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Title: Poethics : twentieth-century apologia in T.S. Eliot, Joseph Brodsky, Seamus Heaney and Geoffrey Hill
Author: Williams, David-Antoine
Awarding Body: Oxford University
Current Institution: University of Oxford
Date of Award: 2006
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Abstract:
This thesis explores a strain in twentieth-century ethical reflection: the writings of poets on the social and spiritual value of their art. Beginning with T. S. Eliot's idea of 'poetic integrity', and tracing its use and development in the prose and poems ofJoseph Brodsky, Seamus Heaney, and Geoffrey Hill, the thesis employs 'poethics' as a term combining the literary and the ethical imperatives without subordinating one to the other. Thus the ethics arrived at by these four poets can be treated outside the political and/or deontological apparatuses favoured by much contemporary 'ethical' criticism,. retaining the poets' own emphasis on the primacy of the linguistic in literary art. Chapter One presents T. S. Eliot as the inaugurator of the poethical synthesis with his doctrines ofpoetic 'integrity' and 'duty to language' and shows how these seemingly :estheticist precepts allow him eventually to .prescribe a vital social role for the poet. Next, the two most provocative aspects ofJoseph Brodsky's prose-his hyper-individualist :esthetic and his repeated assertion that a:sthetics precedes and is superior to ethics-are read, first within a traditionally Kantian interpretation of autonomy, and then in light of the ethical philosophy of Emmanuel Levinas. In the third chapter, Seamus Heaney is shown to enact diachronically and dichotomously the dual ethical role that Eliot imagined for poetry: £irst as protector oflocal culture and second as facilitator of intercultural exchange. Finally, Geoffrey Hill's 'theology of language' is described as a double struggle against the two limits of language: the unspeakable-the horror of man's evil-and the unsayable-the sublime and holy Word. His view of language as a medium tainted by sin and fraught with peril is analysed alongside his ethically ambitious poems on death and suffering, including on the Holocaust. The conclusion proposes poethics as a critical category for modem and contemporary poetry.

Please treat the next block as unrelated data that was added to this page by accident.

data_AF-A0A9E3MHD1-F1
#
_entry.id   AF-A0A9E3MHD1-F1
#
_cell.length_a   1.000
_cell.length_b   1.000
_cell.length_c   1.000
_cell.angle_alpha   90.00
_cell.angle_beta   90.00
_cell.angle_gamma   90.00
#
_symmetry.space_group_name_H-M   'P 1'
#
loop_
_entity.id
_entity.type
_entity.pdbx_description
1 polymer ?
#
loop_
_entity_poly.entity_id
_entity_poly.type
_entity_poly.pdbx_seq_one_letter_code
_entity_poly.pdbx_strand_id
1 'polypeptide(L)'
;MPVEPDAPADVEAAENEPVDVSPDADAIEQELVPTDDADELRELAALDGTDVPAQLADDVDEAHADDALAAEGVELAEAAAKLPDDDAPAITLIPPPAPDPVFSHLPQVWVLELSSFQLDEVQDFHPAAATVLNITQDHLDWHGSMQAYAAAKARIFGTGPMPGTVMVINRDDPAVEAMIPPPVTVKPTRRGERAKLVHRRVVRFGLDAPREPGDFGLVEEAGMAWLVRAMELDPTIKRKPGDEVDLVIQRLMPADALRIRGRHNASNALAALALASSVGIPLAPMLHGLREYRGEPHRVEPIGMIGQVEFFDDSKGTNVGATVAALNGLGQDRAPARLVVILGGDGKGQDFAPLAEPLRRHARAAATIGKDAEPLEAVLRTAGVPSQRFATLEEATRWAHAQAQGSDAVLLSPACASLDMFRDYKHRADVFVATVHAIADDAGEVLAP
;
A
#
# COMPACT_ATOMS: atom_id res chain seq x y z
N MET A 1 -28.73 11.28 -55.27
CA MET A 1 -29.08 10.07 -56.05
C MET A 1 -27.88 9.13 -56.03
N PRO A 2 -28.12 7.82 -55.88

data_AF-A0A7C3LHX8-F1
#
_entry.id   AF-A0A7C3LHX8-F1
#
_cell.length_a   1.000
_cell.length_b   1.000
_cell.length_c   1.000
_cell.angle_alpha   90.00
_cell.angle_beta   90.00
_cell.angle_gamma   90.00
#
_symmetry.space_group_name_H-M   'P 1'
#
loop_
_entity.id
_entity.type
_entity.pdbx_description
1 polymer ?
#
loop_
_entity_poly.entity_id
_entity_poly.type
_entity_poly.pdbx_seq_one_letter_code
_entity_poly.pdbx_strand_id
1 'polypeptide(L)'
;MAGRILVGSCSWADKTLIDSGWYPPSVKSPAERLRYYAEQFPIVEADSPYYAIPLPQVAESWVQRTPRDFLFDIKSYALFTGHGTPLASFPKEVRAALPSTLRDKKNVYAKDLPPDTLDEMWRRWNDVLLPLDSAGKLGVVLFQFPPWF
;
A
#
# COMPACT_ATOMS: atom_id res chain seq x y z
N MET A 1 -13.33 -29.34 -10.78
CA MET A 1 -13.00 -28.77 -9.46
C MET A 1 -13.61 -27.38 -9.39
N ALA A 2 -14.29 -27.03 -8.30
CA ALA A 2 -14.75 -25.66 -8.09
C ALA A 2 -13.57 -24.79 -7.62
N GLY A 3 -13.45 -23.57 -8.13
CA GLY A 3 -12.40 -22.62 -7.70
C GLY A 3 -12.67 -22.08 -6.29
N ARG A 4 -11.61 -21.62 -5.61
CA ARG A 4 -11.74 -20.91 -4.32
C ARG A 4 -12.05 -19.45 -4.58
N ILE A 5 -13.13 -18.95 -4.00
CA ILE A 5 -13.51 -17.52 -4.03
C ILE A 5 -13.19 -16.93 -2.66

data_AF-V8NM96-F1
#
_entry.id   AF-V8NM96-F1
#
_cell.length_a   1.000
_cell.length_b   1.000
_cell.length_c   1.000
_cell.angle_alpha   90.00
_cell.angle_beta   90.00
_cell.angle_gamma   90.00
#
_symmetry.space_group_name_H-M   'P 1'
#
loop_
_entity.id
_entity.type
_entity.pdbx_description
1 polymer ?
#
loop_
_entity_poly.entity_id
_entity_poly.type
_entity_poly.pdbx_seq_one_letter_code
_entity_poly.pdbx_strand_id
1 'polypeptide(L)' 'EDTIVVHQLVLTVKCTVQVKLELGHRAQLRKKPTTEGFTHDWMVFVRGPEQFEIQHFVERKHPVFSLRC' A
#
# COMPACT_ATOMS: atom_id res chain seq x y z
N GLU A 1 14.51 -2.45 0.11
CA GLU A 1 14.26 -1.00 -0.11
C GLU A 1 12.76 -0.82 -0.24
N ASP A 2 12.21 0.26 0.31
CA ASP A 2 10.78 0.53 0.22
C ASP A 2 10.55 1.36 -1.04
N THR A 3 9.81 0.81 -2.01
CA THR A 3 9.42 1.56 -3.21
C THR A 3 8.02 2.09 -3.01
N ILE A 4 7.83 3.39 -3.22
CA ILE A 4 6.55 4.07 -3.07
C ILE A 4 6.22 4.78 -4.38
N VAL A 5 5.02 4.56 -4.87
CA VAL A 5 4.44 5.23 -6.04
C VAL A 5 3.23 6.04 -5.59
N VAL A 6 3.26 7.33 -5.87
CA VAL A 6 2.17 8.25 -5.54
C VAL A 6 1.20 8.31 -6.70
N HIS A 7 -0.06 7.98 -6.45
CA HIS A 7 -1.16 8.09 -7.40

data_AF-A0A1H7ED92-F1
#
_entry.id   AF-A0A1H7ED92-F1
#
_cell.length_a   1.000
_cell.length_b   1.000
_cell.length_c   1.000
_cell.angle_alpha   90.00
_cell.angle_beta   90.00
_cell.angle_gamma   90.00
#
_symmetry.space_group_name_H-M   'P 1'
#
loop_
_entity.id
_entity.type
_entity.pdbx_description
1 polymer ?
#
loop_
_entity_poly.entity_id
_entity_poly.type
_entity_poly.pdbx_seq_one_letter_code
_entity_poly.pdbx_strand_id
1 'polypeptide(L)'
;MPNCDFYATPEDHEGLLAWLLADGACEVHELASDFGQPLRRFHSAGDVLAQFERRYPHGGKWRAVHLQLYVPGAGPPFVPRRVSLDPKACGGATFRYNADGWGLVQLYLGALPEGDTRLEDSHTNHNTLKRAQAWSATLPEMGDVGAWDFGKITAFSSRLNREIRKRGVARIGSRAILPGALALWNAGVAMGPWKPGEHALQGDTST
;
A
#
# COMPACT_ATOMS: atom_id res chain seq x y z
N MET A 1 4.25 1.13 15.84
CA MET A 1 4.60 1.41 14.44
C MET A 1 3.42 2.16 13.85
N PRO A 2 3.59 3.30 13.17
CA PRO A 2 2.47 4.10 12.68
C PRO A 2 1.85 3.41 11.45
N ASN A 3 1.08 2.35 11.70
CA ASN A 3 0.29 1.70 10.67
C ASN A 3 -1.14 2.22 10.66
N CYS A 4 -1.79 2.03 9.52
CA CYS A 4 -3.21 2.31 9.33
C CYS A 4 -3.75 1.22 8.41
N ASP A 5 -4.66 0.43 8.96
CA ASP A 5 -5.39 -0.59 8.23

Supervisor: Not available Sponsor: Not available
Qualification Name: Oxford University, 2006 Qualification Level: Doctoral
EThOS ID: uk.bl.ethos.487153  DOI: Not available
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